Fix on horizon for Stone House sinkhole in Nevada City
It’s been two years since a 10-foot-deep sinkhole opened up along Little Deer Creek in the parking lot of The Stone House.
But after protracted wrangling between Nevada City officials and the owner of the iconic Brewery building, plans are reportedly being drawn up to fix the gaping hole in the pavement that remains protected only by portable barricades.
The sinkhole opened up in early February 2017 after several particularly heavy rain storms swelled Deer Creek and flooded Lefty’s Grill across Sacramento Street, said City Engineer Bryan McAllister.
The flooding creek then caused a culvert to fail. An emergency crew sent out by the city removed asphalt and concrete debris from the sinkhole and created a channel for water to flow back into the culvert.
The city immediately submitted paperwork to notify the California Governor’s Office of Emergency Services and issued a disaster declaration through the city council, McAllister said.
City staff then started a funding request process with the Federal Emergency Management Agency, the state and then the Federal Highway Administration.
But, McAllister said, the state and federal agencies said the repair of the sinkhole was not eligible for public assistance because it was a private parking lot. And according to Assistant City Engineer Bill Falconi, the failed culvert had been installed by previous owners of the Stone House property.
Jonathan Rowe, who purchased the Stone House building in February 2016, took the position it was not his responsibility.
“We could help with some portions,” Rowe told The Union in December 2017. But, he added, “I can’t afford to fix it myself. And I feel like the city is putting it in my lap.”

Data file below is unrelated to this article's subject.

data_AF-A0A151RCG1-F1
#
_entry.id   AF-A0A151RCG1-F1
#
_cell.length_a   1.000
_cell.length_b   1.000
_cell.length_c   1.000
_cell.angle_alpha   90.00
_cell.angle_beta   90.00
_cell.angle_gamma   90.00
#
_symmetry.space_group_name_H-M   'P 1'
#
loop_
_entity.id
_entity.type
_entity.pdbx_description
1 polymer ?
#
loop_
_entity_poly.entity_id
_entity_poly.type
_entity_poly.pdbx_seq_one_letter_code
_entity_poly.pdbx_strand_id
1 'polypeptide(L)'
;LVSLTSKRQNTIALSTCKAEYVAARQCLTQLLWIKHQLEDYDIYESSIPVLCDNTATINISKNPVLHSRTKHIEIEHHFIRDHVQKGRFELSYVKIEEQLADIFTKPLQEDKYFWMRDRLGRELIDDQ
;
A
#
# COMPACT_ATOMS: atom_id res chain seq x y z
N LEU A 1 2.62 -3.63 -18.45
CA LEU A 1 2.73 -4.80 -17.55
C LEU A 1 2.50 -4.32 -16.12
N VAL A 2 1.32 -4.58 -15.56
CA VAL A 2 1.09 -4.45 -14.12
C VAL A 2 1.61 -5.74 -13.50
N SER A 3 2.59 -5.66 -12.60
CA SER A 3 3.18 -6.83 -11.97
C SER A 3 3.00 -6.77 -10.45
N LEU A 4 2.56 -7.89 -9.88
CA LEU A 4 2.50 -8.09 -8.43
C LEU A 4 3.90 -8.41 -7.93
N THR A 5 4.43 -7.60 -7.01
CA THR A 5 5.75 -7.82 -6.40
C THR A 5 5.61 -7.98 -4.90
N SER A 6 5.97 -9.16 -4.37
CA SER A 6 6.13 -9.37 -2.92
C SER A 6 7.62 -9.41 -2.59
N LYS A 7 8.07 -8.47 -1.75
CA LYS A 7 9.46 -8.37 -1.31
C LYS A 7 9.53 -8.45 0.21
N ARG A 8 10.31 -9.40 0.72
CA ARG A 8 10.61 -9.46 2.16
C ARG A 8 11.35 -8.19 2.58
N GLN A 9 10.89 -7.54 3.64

Until September 2018, Nevada City had not received a formal response from the agencies that could potentially fund the repair. McAllister said. Once the official notification was received, Nevada City began following up with Rowe on a regular basis.
“We have met with him and the engineer that he is hiring,” McAllister said. “We’re hopeful the work will be done this summer.”
Rowe could not be reached for comment.
In the meantime, city staff has been monitoring the sinkhole.
“It hasn’t worsened,” McAllister said. “There’s been no further damage.”
According to McAllister, the city is willing to repair any issues in the drainage into the culvert.
“We have an interest in seeing the sinkhole get repaired, so we would want to help where we can,” he said. “But if it’s not public infrastructure, we can’t use public funds.”
City staff has been talking to Rowe about the design of the repair work, McAllister said.
“We’re hoping to see plans, and see the contractor get in here and make the repairs by late summer, early fall,” he said.
Contact reporter Liz Kellar at 530-477-4236 or by email at firstname.lastname@example.org.
Support Local Journalism
Support Local Journalism
Readers around Grass Valley and Nevada County make The Union’s work possible. Your financial contribution supports our efforts to deliver quality, locally relevant journalism.
Now more than ever, your support is critical to help us keep our community informed about the evolving coronavirus pandemic and the impact it is having locally. Every contribution, however large or small, will make a difference.
Your donation will help us continue to cover COVID-19 and our other vital local news.